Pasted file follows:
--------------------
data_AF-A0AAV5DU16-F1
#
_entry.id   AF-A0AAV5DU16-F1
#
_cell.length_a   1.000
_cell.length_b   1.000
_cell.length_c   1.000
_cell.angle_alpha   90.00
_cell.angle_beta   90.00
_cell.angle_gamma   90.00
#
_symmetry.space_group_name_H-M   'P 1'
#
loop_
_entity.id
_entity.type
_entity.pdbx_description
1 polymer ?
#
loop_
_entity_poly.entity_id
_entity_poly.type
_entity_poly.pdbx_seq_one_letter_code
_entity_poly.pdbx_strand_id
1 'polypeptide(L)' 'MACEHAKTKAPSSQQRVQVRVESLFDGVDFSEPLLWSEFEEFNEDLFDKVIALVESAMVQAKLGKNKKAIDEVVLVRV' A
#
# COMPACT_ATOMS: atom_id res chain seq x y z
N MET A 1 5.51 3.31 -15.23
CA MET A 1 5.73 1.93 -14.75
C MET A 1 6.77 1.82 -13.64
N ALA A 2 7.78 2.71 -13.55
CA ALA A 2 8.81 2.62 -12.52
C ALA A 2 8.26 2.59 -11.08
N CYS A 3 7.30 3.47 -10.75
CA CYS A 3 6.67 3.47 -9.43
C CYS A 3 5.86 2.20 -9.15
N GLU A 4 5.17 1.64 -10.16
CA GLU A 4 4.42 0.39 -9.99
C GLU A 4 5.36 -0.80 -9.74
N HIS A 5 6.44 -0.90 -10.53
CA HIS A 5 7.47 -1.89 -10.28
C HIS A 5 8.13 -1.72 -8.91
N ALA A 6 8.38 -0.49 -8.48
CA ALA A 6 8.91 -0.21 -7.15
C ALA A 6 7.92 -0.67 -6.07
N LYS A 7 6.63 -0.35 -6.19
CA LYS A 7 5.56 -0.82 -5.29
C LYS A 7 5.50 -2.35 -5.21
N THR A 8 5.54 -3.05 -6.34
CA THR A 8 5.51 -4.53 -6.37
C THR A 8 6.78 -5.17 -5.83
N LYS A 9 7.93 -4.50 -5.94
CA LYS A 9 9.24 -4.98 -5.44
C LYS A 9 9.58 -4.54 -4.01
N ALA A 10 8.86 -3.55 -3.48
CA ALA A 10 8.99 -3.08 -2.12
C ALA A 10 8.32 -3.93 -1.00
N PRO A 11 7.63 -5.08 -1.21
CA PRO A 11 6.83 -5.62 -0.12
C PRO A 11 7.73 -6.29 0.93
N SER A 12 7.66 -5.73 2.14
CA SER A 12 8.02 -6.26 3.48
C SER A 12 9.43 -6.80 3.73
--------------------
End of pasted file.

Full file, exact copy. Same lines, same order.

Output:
data_AF-A0AAV5DU16-F1
#
_entry.id   AF-A0AAV5DU16-F1
#
_cell.length_a   1.000
_cell.length_b   1.000
_cell.length_c   1.000
_cell.angle_alpha   90.00
_cell.angle_beta   90.00
_cell.angle_gamma   90.00
#
_symmetry.space_group_name_H-M   'P 1'
#
loop_
_entity.id
_entity.type
_entity.pdbx_description
1 polymer ?
#
loop_
_entity_poly.entity_id
_entity_poly.type
_entity_poly.pdbx_seq_one_letter_code
_entity_poly.pdbx_strand_id
1 'polypeptide(L)' 'MACEHAKTKAPSSQQRVQVRVESLFDGVDFSEPLLWSEFEEFNEDLFDKVIALVESAMVQAKLGKNKKAIDEVVLVRV' A
#
# COMPACT_ATOMS: atom_id res chain seq x y z
N MET A 1 5.51 3.31 -15.23
CA MET A 1 5.73 1.93 -14.75
C MET A 1 6.77 1.82 -13.64
N ALA A 2 7.78 2.71 -13.55
CA ALA A 2 8.81 2.62 -12.52
C ALA A 2 8.26 2.59 -11.08
N CYS A 3 7.30 3.47 -10.75
CA CYS A 3 6.67 3.47 -9.43
C CYS A 3 5.86 2.20 -9.15
N GLU A 4 5.17 1.64 -10.16
CA GLU A 4 4.42 0.39 -9.99
C GLU A 4 5.36 -0.80 -9.74
N HIS A 5 6.44 -0.90 -10.53
CA HIS A 5 7.47 -1.89 -10.28
C HIS A 5 8.13 -1.72 -8.91
N ALA A 6 8.38 -0.49 -8.48
CA ALA A 6 8.91 -0.21 -7.15
C ALA A 6 7.92 -0.67 -6.07
N LYS A 7 6.63 -0.35 -6.19
CA LYS A 7 5.56 -0.82 -5.29
C LYS A 7 5.50 -2.35 -5.21
N THR A 8 5.54 -3.05 -6.34
CA THR A 8 5.51 -4.53 -6.37
C THR A 8 6.78 -5.17 -5.83
N LYS A 9 7.93 -4.50 -5.94
CA LYS A 9 9.24 -4.98 -5.44
C LYS A 9 9.58 -4.54 -4.01
N ALA A 10 8.86 -3.55 -3.48
CA ALA A 10 8.99 -3.08 -2.12
C ALA A 10 8.32 -3.93 -1.00
N PRO A 11 7.63 -5.08 -1.21
CA PRO A 11 6.83 -5.62 -0.12
C PRO A 11 7.73 -6.29 0.93
N SER A 12 7.66 -5.73 2.14
CA SER A 12 8.02 -6.26 3.48
C SER A 12 9.43 -6.80 3.73